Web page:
Utilizing the sustainable forest management (SFM) practices in Peninsular Malaysia under the REDD+ mechanism in mitigating the climate change
Malaysia is in the process of developing a National REDD strategy which requires much needed baseline data on the status of deforestation and degradation in the country. In accordance of that, Forest Research Institute Malaysia (FRIM) has awarded by International Timber Trade Organization (ITTO) to implement a new project under Thematic Programme on Reducing Deforestation and Forest Degradation and Enhancing Environmental Services in Tropical Forests (REDDES). This project is expected to provide some critical baseline data to support the development of the National REDD strategy.
The three years project (begin 2013) entitled Reducing Forest Degradation and Emissions through Sustainable Forest Management (SFM) in Peninsular Malaysia is generally to utilize SFM as a mitigation tool in combating climate change. As deforestation rate is stable in Malaysia, the emissions to be accounted for REDD+ mechanism under the United Nations Framework Convention on Climate Change (UNFCCC) would probably come from the reduction of forest degradation in Peninsular Malaysia. The specific objective of this project is to improve knowledge on reduction of forest degradation and enhance payments for ecosystem services (PES). Assessment of national forest degradation could be done based on identification of drivers and documentation of the forestry data supporting the cause of forest degradation. As a note, the REDD+ mechanism under the UNFCCC that currently being discussed, would provide an incentive that may encourage implementation of improved management practices to reduce forest degradation in the tropical forests.
Besides FRIM as executing agency, other major players for this project are Ministry of Natural Resources and Environment (NRE) and Forestry Department of Peninsular Malaysia (FDPM) including Pahang State Forestry Department (FD Pahang). Pahang is selected as project site due to significant contribution of forestry sector to its economy and social development. Pahang has largest forest areas in Peninsular Malaysia comprises all major forest types. In addition, there are some communities dependants to the forest resources, in particular the orang asli. Good collaboration with FDPM and FD Pahang in conducting this project has been made as they also involved as project’s team since beginning of this project of early 2013.
The project is indeed among pilot projects of REDD+ related project order to Malaysia to enhance its readiness to full implementation of REDD+, once the mechanism take place in this country. The implementation of the project is expected to enable better integration climate change requirements into current forest management and practices. In general, the project will assess the current management practices based on the SFM in terms of its total carbon storage. In addition, improved silvicultural and management prescriptions will be introduced to further enhance the total carbon stock. The amount of total carbon stock based on the SFM practices in this country is the critical baseline information for incentive calculation under the REDD+ mechanism. The project will also evaluate the economy aspect for PES; carbon stock, watershed and livelihood (forest dependant community).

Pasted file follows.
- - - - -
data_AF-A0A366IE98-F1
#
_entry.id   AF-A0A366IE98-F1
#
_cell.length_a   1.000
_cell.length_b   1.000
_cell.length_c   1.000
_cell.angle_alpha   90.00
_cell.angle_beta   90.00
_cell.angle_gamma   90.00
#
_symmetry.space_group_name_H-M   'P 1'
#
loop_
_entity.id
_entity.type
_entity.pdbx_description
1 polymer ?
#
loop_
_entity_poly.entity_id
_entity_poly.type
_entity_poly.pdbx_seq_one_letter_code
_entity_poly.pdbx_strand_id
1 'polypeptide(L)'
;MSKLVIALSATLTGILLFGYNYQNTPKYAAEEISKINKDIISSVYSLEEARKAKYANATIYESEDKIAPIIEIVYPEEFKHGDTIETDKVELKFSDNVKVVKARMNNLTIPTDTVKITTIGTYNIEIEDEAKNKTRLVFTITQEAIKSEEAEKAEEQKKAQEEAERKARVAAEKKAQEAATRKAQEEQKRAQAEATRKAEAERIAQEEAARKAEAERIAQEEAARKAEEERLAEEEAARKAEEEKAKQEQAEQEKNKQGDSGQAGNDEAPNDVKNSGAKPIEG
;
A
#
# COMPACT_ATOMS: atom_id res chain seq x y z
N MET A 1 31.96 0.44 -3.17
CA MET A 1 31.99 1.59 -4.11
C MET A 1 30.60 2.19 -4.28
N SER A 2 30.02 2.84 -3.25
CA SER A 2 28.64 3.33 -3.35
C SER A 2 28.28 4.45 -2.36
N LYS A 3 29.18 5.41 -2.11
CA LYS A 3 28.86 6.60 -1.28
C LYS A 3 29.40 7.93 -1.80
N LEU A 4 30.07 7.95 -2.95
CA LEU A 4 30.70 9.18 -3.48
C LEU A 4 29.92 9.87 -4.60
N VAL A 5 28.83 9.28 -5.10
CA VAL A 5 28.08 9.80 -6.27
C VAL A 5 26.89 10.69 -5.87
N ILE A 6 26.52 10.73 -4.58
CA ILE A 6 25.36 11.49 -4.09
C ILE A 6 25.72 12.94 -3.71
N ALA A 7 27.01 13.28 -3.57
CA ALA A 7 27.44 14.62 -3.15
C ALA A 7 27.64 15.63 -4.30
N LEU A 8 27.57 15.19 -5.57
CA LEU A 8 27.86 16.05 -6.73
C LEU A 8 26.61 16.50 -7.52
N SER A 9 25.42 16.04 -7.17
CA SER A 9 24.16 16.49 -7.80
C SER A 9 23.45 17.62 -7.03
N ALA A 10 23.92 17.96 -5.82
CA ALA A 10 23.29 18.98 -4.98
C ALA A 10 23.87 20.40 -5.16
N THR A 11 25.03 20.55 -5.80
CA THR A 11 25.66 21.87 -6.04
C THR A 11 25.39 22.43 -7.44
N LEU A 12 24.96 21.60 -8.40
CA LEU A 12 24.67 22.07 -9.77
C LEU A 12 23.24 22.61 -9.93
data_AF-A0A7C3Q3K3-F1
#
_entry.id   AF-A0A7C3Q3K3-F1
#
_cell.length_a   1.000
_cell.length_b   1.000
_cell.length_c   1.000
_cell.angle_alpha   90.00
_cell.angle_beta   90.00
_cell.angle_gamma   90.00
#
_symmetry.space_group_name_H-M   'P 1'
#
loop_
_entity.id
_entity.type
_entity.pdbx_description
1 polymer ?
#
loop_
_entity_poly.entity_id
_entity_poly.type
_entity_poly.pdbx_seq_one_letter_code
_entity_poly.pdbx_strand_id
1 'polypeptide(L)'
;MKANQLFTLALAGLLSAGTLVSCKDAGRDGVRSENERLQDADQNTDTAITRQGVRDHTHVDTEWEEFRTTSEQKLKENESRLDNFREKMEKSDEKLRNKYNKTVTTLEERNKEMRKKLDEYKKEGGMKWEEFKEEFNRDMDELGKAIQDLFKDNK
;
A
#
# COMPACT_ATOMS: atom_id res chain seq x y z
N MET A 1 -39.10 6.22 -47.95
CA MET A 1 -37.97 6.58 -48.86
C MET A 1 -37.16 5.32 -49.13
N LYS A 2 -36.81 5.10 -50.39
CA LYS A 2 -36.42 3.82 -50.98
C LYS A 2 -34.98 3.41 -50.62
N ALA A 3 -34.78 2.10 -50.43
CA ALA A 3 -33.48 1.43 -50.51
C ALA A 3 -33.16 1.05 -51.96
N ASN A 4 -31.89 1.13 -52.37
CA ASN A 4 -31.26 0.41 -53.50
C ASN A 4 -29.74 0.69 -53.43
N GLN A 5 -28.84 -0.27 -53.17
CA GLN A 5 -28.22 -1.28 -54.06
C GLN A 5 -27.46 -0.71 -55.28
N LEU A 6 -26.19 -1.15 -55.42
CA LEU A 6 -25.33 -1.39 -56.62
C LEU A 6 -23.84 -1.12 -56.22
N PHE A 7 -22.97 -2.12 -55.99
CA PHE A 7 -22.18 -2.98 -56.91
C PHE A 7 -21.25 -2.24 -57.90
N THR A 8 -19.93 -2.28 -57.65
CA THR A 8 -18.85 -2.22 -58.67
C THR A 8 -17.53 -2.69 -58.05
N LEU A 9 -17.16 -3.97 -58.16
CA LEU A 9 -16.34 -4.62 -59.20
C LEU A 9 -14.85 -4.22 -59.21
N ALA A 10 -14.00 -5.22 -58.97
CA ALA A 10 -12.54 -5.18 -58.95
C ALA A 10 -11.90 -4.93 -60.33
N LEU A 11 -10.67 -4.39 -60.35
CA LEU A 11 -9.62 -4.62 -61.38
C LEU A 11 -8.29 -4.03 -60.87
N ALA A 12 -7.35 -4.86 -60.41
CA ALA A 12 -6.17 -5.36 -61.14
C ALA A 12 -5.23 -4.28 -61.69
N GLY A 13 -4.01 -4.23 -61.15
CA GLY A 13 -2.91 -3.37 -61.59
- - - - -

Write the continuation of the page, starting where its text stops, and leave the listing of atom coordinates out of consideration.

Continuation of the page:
The REDD+ mechanism is based national level and therefore the reporting should be at the national level that covering whole country. Nevertheless, the project outputs are easily to be utilized for calculating carbon storage in other states, in particular in Peninsular Malaysia as they are having the same forest management system. This project will provide opportunities to enhance the value of the forests and promote the SFM in Malaysia as the best management practices of tropical forests. Ultimately, this project will also complement other REDD+ related projects conducted in Malaysia and the current efforts by government of Malaysia to develop REDD strategy. Hence, Malaysia can gain important experience in conducting REDD+ at the sub-national level (state of Pahang) thus supports Malaysia’s commitment under the UNFCCC.
The mangroves, peat swamp and hill forests are the major tropical forests in Malaysia that has been managed in sustainable basis. They storing large amount of carbon and therefore utilize this forest sound management practices under the REDD+ mechanism is an opportunity for further improve their management and conservation.
Photos 4-6: The Inception Workshop of this project on 12 March 2012 attended by all main stakeholders.
Project Support Unit (PSU),
Natural Forest Program,
Forestry & Environment Division,
Forest Research Institute Malaysia,
Selangor Darul Ehsan,
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